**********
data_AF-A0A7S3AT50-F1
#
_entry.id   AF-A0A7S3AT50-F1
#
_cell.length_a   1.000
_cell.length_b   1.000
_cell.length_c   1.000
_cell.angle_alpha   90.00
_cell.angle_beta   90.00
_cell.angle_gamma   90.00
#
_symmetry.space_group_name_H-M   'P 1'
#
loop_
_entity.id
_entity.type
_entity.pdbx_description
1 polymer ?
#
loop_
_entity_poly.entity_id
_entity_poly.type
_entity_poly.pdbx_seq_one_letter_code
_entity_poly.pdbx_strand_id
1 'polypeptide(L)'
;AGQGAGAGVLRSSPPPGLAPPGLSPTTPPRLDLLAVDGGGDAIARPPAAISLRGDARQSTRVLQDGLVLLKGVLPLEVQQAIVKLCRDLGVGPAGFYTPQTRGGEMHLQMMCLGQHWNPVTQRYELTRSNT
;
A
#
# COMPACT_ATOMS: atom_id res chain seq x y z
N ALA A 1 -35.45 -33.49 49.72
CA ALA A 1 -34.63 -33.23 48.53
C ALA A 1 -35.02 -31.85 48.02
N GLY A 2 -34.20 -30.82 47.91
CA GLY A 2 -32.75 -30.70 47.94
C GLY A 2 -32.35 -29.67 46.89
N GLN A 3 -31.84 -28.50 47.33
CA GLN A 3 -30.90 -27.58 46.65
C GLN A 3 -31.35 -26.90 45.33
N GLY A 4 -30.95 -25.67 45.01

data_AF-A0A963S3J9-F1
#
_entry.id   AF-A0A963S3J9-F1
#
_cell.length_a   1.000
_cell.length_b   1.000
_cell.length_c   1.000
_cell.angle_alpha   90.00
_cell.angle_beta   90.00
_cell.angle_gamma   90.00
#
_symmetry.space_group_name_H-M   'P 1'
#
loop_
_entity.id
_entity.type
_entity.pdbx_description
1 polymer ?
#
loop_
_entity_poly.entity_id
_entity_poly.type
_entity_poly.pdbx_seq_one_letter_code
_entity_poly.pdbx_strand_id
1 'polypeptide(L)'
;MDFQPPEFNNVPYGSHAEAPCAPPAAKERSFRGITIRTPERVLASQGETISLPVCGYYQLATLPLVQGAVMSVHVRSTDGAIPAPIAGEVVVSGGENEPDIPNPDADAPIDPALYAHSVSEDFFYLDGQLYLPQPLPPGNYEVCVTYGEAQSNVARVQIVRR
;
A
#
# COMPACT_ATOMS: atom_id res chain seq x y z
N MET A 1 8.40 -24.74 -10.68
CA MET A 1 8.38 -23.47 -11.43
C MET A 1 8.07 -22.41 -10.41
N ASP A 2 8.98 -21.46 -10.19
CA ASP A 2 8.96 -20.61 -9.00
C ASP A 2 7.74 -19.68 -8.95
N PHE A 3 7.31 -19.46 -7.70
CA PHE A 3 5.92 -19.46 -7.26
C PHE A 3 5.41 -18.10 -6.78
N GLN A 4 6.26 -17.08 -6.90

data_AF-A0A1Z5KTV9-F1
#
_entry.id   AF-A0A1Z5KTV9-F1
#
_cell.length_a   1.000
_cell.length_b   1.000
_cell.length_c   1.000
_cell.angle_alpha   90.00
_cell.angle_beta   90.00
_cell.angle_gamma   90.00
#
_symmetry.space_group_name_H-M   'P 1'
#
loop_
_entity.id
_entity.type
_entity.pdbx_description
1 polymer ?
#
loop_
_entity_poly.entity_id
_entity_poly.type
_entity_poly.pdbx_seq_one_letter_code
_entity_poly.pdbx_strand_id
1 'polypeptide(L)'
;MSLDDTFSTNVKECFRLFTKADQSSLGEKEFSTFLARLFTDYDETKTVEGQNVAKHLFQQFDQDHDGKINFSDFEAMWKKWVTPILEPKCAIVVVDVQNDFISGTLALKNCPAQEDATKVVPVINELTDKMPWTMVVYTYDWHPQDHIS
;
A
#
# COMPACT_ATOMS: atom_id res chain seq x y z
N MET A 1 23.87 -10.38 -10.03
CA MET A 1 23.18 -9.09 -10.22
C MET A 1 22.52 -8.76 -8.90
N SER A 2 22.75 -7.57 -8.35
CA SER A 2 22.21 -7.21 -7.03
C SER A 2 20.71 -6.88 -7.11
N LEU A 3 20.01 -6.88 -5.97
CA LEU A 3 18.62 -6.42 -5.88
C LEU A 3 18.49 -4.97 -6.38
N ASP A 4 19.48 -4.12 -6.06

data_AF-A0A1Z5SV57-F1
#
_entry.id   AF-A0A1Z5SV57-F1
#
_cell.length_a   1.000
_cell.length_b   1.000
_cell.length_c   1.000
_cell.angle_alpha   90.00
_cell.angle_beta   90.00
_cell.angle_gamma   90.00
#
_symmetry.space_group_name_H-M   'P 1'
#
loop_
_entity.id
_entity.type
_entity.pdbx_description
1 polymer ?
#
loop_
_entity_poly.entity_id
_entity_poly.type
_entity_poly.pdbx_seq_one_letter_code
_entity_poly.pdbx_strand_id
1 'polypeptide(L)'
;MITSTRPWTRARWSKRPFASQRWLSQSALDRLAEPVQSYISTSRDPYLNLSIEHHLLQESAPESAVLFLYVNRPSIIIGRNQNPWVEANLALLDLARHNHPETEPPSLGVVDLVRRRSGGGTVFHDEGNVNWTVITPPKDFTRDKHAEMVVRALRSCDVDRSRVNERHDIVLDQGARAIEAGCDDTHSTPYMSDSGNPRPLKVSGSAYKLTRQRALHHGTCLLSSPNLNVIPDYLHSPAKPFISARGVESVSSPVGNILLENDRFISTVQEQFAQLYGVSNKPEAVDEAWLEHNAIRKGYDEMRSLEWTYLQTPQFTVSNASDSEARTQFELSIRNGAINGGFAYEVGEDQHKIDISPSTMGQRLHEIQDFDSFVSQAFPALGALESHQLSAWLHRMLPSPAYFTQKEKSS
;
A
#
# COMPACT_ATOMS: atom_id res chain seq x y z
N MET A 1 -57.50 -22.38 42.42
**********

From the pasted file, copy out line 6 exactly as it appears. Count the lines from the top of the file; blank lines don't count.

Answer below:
_cell.length_b   1.000